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How to Check Tire Tread Depth

close up of tire tread


You can keep up with tire rotations on time, but your tires will still wear and tire over time. One way to figure out when it is time for new tires is by checking the tire tread depth. Measuring tire tread depth is straightforward and can even be done with a ruler or penny right from your Milton garage. Learn more about how to check tire tread depth below with the service team at Sandy Sansing. 

Suggested Tire Tread Depth 

New tires will have a tread depth of about 10/32 or 11/32 of an inch (about a third of an inch). If you have winter tires and tires designed for off-roading, they will probably have deeper tread grooves. Some trucks and SUVs may have more depth as well. 

If your tire tread depth is at 2/32 of an inch, then you will need to replace your tires according to the U.S. Department of Transportation. Tires with the recommended tread depth are crucial to your and your passengers’ safety on the Ferry Pass roads. 

How To Check Tire Tread Depth: The Penny Test

Many drivers use a ruler to measure the depth accurately, but if you don’t have one handy, you can use a penny instead. This is how you can check the tire tread depth with a penny: 

  1. Put a penny with Lincoln head-first into a tire tread groove.
  2. See if Lincoln’s head is covered and no longer visible between the grooves.
  3. See all of Lincoln’s head? Then, your tire treads are 2/32 inches deep or less, so it’s time to replace them.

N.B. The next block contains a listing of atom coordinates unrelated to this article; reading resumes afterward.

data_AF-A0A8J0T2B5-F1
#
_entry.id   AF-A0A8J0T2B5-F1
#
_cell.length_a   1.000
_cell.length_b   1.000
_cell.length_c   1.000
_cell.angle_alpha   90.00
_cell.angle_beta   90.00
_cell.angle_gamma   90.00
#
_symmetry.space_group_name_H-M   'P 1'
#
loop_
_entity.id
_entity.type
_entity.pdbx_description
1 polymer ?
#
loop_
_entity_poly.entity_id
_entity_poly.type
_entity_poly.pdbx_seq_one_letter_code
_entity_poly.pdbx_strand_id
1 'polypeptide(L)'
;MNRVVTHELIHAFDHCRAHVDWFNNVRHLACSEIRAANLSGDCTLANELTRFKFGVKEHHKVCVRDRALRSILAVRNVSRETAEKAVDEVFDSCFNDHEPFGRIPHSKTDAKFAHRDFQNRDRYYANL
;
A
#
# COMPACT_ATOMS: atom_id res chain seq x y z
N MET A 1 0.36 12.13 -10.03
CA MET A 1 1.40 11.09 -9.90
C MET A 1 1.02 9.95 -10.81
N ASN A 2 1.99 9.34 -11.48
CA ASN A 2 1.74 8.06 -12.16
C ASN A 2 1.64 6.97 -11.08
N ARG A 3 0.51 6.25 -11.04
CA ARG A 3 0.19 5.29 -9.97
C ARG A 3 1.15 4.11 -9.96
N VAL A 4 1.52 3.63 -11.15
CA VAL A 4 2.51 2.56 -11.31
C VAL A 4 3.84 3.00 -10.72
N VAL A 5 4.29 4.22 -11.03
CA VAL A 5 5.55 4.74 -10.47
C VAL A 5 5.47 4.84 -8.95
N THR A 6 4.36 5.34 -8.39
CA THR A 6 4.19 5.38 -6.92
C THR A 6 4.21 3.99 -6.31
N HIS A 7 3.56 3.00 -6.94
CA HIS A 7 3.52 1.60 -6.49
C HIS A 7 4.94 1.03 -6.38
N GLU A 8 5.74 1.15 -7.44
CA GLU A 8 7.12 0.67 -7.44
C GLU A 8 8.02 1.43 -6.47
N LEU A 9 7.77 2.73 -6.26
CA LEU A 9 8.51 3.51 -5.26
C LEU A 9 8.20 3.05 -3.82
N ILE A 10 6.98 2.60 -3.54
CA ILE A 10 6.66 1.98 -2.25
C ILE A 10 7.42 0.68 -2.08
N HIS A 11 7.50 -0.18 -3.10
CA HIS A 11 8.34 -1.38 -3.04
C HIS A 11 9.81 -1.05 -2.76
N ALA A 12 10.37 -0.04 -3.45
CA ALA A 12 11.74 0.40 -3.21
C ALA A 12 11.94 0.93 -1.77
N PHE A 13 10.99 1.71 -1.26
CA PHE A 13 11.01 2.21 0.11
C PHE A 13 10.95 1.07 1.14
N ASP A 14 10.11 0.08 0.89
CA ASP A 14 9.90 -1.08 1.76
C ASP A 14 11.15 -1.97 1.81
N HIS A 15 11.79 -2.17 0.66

4. Repeat steps 1-3 on all four tires and in multiple locations on each tire to see if you need to replace other tires. 

How Do I Check Tire Tread Wear Using Other Methods?

Maybe you don’t have a penny on hand either. You can try other methods in Cantonment, such as: 

  • Tread Depth Gauge: Invest in a tread depth gauge. All you have to do is put the probe into the shallowest tread groove and then press the top bar of the gauge flat against the tire to see the treadwear rating.
  • Tread Wear Bars: A good majority of tires come with tread wear indicator bars built into them. They’re usually at the bottom of the tread grooves in multiple locations across the tire. If the bars are flush with the tire ribs that surround them, it shows that the tread depth has reached 2/32 of an inch.

Take Care of Your Tires at Sandy Sansing

Get your tires back in proper working shape when you stop by a service center in one of our locations in the Pensacola area. Depending on which make your car is, you will find more catered service! See which one of our locations you should go to below and contact us accordingly. With new tires, learn how to take care of them to get a longer usage by learning how to rotate them at home.

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